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Roam If You Want To: Wireless Tips for the International Traveler

Wireless Tips for the International Traveler :: Mint.com/blog

In December I’m heading to Japan for a research trip. Japan is a highly wired nation with excellent cellular service, but free wifi is rare.

Furthermore, it’s easy to get lost in Japan, so I want consistent access to Google Maps on my phone.

Sure, I had excellent pre-GPS travel adventures in the 90s and 2000s, but I remember plenty of situations that could have been avoided with a little electronic wayfinding.

Like the time my wife and I were wandering around Bangkok at night looking for a restaurant, asked two guys for help, and were almost suckered into eating at the overpriced tourist restaurant they were working for.

Yes, I know maps apps can lead you into a lake or onto a runway, but to avoid bad food or being late to dinner, I’m willing to take the risk.

So I’m trying to figure out the cost-effective way to stay online for several weeks in Japan this fall.

And since I know you’re not all going to Japan (though I recommend it), I’d like to figure out some general principles for getting your phone or tablet online wherever you roam.

Avoid the horror

It’s been a while since I’ve heard a good horror story about international data roaming charges. Just in case, though, here are the basic rules:

  • Never, ever hop off the plane and just start using your phone. Assuming you carry a GSM phone, it will probably work fine — at an astronomical price. For fun, I priced out what it would cost to use 1GB of data on my AT&T iPhone in Japan (or any country other than the US and Canada) without buying an international plan. The answer: $20,447.
  • No matter what data solution you choose, turn off automated email checking and anything that downloads automatically in the background; monitor your data usage; and use wifi when you can. Here are some tips for Android and for iOS.

Ways to get online

There are four ways to get online abroad without cashing in your 401(k).

Note that I’m assuming you’ll use Skype or another voice-over-IP (VoIP) app for making phone calls; this is almost always cheaper and simpler than paying for voice minutes.

1. Buy an international data block from your cellular provider.

For example, AT&T sells 300MB of international data for $60/month or 800MB for $120. Verizon charges more: $25 per 100MB.

Not sure how much data you need? Check your usage in previous months (available on your provider’s billing site) or use a data calculator.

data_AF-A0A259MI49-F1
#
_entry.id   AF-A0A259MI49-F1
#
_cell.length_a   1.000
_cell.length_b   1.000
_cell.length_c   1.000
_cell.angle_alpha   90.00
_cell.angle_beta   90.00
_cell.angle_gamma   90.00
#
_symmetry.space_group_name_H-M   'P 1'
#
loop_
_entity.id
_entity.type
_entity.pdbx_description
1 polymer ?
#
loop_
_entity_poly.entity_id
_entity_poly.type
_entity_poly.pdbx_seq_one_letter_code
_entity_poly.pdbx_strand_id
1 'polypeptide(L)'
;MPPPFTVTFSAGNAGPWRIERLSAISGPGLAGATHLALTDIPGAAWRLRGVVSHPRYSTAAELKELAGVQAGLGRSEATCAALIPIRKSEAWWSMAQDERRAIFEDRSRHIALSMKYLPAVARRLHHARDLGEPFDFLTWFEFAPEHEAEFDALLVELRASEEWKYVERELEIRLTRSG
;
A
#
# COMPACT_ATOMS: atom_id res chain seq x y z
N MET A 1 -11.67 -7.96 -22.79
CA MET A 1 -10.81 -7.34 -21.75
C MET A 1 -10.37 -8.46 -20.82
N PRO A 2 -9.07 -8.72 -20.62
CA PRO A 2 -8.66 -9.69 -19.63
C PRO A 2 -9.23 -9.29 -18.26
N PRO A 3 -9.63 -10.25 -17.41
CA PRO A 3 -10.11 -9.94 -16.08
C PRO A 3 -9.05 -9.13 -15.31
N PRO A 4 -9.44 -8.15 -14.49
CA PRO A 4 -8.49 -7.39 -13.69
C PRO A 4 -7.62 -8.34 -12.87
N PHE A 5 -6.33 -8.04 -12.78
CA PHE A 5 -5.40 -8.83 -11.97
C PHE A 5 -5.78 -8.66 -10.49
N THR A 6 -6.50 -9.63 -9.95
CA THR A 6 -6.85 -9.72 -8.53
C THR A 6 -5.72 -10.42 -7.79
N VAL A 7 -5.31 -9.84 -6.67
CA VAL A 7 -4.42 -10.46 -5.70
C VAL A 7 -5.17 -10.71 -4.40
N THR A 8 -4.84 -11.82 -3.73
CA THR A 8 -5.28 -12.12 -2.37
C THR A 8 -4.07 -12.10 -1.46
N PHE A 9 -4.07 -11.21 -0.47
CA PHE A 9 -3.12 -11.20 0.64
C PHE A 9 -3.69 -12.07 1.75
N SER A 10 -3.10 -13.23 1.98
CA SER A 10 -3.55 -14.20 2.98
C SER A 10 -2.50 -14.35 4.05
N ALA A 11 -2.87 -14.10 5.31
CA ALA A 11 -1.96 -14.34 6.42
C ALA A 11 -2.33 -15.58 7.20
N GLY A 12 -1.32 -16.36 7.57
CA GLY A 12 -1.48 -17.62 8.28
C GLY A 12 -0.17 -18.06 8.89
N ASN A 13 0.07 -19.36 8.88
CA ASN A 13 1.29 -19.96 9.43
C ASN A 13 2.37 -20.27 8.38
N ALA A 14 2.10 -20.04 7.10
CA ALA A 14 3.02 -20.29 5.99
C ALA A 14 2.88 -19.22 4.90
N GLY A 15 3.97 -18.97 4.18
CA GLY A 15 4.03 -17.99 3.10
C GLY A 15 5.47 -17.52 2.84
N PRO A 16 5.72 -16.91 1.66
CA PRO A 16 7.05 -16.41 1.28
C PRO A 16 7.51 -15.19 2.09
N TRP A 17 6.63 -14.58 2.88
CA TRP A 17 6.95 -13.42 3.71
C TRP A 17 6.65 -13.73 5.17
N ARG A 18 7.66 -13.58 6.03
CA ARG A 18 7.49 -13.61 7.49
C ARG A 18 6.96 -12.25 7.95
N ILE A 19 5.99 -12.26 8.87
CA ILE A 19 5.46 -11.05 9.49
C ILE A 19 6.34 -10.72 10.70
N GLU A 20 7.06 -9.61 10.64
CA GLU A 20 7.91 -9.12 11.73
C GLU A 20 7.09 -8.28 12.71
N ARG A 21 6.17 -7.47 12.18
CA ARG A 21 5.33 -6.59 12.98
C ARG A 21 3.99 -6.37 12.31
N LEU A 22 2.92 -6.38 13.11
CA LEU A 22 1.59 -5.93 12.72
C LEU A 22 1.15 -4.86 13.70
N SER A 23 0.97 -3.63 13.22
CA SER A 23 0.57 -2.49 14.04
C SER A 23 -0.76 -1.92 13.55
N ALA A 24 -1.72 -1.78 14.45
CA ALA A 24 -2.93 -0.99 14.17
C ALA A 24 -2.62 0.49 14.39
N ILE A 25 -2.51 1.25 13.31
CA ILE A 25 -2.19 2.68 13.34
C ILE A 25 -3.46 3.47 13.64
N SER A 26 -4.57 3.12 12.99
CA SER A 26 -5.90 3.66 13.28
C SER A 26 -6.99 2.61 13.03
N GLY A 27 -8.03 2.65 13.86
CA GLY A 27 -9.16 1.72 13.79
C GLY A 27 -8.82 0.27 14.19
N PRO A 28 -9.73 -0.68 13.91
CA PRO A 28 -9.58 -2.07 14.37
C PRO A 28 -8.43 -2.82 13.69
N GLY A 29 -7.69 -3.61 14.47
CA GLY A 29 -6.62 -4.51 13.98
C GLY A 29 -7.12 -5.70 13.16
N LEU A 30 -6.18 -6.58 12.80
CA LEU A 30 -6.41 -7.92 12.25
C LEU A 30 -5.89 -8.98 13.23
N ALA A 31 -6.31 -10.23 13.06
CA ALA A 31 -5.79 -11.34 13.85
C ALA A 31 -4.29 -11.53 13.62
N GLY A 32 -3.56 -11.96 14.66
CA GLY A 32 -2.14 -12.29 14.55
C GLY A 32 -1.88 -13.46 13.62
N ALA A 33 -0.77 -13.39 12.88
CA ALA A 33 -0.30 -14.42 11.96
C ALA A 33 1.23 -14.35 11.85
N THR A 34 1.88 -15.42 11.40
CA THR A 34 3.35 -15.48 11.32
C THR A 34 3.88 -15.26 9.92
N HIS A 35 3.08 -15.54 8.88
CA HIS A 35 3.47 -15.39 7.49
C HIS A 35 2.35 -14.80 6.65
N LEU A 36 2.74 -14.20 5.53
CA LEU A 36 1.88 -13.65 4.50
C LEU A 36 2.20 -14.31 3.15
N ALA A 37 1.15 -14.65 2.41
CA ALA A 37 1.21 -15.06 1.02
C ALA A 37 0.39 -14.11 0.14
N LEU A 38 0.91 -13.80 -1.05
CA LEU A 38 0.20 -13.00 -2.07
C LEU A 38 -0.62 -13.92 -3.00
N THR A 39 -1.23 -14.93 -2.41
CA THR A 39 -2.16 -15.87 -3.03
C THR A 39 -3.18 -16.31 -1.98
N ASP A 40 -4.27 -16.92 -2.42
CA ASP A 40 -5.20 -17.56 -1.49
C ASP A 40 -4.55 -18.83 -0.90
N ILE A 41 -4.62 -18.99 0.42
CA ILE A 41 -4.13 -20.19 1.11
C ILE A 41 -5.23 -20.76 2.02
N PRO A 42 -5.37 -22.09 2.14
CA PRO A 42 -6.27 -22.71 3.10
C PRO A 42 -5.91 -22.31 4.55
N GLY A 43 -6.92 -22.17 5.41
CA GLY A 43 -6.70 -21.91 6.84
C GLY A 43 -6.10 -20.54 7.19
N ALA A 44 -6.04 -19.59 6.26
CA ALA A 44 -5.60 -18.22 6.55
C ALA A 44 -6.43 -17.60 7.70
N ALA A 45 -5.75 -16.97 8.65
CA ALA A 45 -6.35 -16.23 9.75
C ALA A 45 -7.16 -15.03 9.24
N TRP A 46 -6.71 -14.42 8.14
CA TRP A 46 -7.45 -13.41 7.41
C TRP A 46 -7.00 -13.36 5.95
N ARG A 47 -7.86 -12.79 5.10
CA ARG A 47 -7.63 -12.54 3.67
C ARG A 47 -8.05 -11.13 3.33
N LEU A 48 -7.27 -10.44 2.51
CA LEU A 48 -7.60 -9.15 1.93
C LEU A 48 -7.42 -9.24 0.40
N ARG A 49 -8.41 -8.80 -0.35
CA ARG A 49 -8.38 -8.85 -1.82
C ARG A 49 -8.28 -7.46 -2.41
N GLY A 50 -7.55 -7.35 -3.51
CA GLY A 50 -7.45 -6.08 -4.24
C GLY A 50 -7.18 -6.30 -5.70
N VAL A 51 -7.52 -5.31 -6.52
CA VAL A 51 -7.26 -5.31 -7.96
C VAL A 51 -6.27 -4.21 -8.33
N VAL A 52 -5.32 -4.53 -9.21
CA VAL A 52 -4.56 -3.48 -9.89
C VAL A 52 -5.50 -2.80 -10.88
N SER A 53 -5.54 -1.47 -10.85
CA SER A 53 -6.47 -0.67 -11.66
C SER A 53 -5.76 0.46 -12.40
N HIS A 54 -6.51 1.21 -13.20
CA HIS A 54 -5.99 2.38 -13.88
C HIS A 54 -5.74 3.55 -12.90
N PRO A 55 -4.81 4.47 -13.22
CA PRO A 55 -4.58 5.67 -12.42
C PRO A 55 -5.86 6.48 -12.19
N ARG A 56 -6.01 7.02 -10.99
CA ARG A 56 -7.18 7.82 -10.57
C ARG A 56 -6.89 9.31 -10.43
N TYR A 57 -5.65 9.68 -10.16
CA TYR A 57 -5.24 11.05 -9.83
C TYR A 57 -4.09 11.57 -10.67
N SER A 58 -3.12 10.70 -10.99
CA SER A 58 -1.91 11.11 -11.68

Pros: Easy. No new hardware to fumble with. Works nearly everywhere.

Cons: Fairly expensive. Have to monitor data consumption carefully. Probably not available if you use a prepaid plan.

2. Buy a SIM card

How does your phone know what network to connect to and where to send the bill? It contains a little ID card called a SIM.

If you have a GSM-capable phone (most but not all smartphones), you can buy a new SIM when you travel abroad.

Pros: Can be very cheap. To find a good deal on a SIM that works in the countries you’re visiting, check the Pay As You Go SIM wiki. I found a SIM for use in Japan that costs about $30 and offers 1GB of high-speed data, more than I need.

Cons: Requires an unlocked GSM phone not under contract. Can’t receive calls at your existing number (but you probably don’t want to anyway). May be tricky to set up.

3. Rent a phone

Many services will rent you a cell phone (smart or flip) for the duration of your trip. Usually you can pick it up at the airport or have it sent to your hotel.

Pros: Simple. Usually the cheapest way to get voice minutes, especially if you rent a flip phone. (Still more expensive than Skype, but more reliable.)

Cons: Renting a smartphone is expensive, and you have to reinstall your favorite apps.

4. Rent a wifi box

A wifi box (aka a “mobile wifi router” or the brand name MiFi) is a little bubble of wireless internet you can carry with you.

Turn on the small battery-powered device, and it will connect to a 3G or 4G cellular network and supply wifi to all of your electronics: laptop, phone, and tablet.

Pros: Works with all of your devices simultaneously. Unlimited data. Easy to set up. Relatively inexpensive: in Japan, I can rent a wifi box for a month for about $130.

Cons: Requires carrying and charging an extra piece of equipment. Renting in certain countries or for a multiple-country trip is more expensive.

The verdict

Ever do so much research on a purchase that you end up stumped? Sure you have. It’s the modern way.

I knew I didn’t want to rent a cell phone, but I kept dithering among the other three options.

Finally, I noticed that my friend Allison Day of the blog Sushi Day had liked the wifi box on Facebook. I emailed her and she recommended it highly.

Sold. It’ll be waiting for me at my hotel when I arrive in Osaka.

NOTE: Just as I was finishing this column, T-Mobile announced unlimited free international roaming on all of their no-contract Simple Choice plans.

The catch? Data is limited to a low-speed 2G connection, which is really slow. Still, if you’re a T-Mobile customer, you now have access to by far the cheapest way to get online worldwide.

How do you get online when you travel?

Matthew Amster-Burton is a personal finance columnist at Mint.com. Find him on Twitter @Mint_Mamster.